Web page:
[7] Denotational Semantics by Joseph Stoy.
[8] also Annual Review in Automatic Programming vol.3, Richard Goodman, ed., pp 27 — 42, Pergamon Press 1963.
[9] “No Silver Bullet: Essence and Accidents of Software Engineering” by F.P. Brooks. Computer, 20 (4), pp. 10–19 (1987).
[10] “Computing Science: Achievements and Challenges” by E.W. Dijkstra. ACM SIGAPP Applied Computing Review 7 (2), pp. 2–9, 1999.
[11] Edsger Wybe Dijkstra: First Years in Computing Science (1951–1968) by Gauthier van den Hove. MSc thesis, University of Namur, 2009.
[12] The Dawn of Software Engineering: from Turing to Dijkstra by Edgar Daylight. Lonely Scholar, 2012.
[13]”On the origin of recursive procedures” by Gauthier van den Hove. Computer Journal, vol. 58(11), 2015, pp 2892-2899.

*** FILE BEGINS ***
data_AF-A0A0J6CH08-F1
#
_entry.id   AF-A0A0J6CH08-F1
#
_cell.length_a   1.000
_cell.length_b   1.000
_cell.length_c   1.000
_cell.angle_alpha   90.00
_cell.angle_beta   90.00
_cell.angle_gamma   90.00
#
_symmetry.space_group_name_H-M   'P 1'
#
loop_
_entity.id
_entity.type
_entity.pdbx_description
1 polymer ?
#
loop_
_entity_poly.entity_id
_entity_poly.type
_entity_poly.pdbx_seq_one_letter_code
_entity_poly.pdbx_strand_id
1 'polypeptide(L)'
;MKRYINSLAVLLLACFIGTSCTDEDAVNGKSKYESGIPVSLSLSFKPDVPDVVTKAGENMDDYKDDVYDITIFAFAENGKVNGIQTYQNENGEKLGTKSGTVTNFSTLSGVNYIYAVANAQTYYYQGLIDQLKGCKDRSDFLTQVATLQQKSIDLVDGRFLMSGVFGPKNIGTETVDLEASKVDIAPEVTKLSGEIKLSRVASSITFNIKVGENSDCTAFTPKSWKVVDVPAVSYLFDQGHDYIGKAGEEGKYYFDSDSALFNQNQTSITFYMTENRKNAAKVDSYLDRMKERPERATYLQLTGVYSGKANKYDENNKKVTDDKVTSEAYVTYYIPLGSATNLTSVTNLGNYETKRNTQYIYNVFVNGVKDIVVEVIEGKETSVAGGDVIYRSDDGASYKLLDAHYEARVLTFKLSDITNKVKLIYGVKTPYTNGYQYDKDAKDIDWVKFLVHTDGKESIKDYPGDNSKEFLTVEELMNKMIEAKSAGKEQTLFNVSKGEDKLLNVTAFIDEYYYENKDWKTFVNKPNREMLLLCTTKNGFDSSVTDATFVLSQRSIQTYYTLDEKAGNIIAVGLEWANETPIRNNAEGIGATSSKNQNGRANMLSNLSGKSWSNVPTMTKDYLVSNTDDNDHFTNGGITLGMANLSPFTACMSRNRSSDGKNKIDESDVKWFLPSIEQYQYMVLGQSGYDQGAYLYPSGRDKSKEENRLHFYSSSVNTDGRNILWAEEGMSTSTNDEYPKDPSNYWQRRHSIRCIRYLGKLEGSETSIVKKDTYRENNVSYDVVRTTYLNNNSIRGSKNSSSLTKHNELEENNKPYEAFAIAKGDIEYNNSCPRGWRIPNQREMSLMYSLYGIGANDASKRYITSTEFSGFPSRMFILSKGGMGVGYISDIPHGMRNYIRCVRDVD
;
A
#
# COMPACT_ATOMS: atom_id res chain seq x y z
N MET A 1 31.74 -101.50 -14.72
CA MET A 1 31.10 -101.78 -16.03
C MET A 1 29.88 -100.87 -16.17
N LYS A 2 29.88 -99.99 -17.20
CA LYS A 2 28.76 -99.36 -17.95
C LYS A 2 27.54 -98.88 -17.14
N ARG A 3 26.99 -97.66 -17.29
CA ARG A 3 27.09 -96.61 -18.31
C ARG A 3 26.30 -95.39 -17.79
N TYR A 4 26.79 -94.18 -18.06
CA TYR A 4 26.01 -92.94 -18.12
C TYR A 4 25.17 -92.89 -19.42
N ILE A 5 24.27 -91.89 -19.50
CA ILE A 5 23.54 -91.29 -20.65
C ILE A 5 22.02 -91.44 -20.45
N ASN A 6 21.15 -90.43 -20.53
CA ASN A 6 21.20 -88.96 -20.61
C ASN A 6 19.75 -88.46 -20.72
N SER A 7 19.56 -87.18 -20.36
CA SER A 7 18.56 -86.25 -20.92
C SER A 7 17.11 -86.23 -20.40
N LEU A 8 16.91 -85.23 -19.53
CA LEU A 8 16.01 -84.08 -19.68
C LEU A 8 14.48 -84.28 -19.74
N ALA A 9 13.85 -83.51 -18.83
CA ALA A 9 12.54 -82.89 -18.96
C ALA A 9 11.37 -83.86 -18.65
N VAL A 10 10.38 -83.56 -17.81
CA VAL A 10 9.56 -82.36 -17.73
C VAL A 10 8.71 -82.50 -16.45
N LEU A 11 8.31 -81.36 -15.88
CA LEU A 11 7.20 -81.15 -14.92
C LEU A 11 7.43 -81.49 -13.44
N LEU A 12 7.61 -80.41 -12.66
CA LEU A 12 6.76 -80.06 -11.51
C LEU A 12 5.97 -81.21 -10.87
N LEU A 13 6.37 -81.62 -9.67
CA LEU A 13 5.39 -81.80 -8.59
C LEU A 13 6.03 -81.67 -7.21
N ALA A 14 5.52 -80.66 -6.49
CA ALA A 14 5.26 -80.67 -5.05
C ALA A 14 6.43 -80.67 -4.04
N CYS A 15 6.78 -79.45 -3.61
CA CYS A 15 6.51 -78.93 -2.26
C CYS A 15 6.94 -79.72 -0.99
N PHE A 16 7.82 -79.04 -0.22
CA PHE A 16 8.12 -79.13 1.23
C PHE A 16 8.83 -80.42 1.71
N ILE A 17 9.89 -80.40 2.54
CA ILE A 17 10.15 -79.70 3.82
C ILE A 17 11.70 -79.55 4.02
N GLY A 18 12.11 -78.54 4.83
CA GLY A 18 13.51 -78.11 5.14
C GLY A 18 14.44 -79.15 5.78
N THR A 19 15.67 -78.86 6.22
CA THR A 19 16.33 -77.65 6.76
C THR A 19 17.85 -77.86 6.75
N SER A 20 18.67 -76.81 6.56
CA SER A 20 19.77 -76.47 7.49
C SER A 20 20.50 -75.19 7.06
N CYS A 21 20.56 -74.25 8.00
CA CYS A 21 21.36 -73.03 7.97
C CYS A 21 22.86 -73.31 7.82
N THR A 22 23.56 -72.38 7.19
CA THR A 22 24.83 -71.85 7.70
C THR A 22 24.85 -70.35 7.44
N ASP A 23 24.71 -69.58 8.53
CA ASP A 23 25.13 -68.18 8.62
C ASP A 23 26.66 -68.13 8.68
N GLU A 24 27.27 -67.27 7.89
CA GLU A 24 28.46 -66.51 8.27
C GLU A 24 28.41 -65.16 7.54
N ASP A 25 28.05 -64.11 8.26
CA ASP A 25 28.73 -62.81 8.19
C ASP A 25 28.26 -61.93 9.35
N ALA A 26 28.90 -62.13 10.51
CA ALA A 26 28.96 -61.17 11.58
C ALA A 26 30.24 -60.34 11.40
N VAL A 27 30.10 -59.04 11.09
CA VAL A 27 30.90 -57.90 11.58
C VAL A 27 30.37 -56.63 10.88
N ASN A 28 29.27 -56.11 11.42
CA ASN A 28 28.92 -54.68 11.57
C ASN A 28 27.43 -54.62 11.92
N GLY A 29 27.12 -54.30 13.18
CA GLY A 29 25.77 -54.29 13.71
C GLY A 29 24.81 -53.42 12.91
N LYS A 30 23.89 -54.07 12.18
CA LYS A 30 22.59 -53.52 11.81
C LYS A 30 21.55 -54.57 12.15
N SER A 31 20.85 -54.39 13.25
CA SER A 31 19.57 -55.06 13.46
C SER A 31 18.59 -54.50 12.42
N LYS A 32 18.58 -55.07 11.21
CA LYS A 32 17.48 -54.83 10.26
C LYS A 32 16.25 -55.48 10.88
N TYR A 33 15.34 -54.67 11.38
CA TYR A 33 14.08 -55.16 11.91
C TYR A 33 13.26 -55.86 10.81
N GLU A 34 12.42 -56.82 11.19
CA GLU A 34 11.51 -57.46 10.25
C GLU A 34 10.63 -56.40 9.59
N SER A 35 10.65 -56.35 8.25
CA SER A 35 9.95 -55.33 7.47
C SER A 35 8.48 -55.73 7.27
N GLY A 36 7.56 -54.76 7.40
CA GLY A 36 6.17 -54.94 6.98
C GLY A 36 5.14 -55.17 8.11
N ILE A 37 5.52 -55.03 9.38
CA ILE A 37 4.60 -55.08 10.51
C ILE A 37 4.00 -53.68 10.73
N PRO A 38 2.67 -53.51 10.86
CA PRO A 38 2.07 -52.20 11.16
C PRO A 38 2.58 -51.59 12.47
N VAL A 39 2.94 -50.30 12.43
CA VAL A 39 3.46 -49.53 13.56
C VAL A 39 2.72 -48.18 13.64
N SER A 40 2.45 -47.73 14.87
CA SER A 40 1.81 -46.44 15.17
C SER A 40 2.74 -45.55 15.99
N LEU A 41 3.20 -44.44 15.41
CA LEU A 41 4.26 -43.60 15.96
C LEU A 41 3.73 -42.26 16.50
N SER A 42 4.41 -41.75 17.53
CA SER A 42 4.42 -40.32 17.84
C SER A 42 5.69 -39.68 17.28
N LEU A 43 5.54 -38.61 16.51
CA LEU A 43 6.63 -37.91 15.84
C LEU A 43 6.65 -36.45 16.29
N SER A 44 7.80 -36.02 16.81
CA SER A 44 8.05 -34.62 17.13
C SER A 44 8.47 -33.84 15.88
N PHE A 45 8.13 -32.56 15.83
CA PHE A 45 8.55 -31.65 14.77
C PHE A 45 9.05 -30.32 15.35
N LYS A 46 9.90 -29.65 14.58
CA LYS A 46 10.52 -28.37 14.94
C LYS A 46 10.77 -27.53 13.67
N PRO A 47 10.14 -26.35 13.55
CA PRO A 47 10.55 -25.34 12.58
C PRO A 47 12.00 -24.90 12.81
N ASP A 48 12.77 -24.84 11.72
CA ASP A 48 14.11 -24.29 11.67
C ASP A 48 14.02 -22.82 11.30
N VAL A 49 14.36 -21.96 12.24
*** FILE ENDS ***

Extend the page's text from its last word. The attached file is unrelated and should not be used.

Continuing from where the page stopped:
3 Responses to “How recursion got into programming: a tale of intrigue, betrayal, and advanced programming-language semantics”

  1. Bojan Says:

    Jim Horning has an interesting anecdote from 1961 Naur’s lecture, about one participant’s reaction to slides showing recursive calls:

    Bertrand Meyer cited this anecdote in his “Touch of Class”.

  2. vickydasta Says:

    Reblogged this on (b)log.

  3. patherick Says:

    What this account does not make quite clear is the extent to which the CS community was divided between those who identified as mathematicians and those who were electrical engineers. The engineers saw programming languages as abstractions of machine code; the mathematicians saw them as implementations of a mathematical system. People from either camp often had a very jaundiced view of those from the other. This cultural divide is still visible to some extent in the locating of CS departments in schools of engineering or ‘arts’, but has largely faded into history now that CS is a robust and successful discipline in its own right, which is most certainly was not in 1960.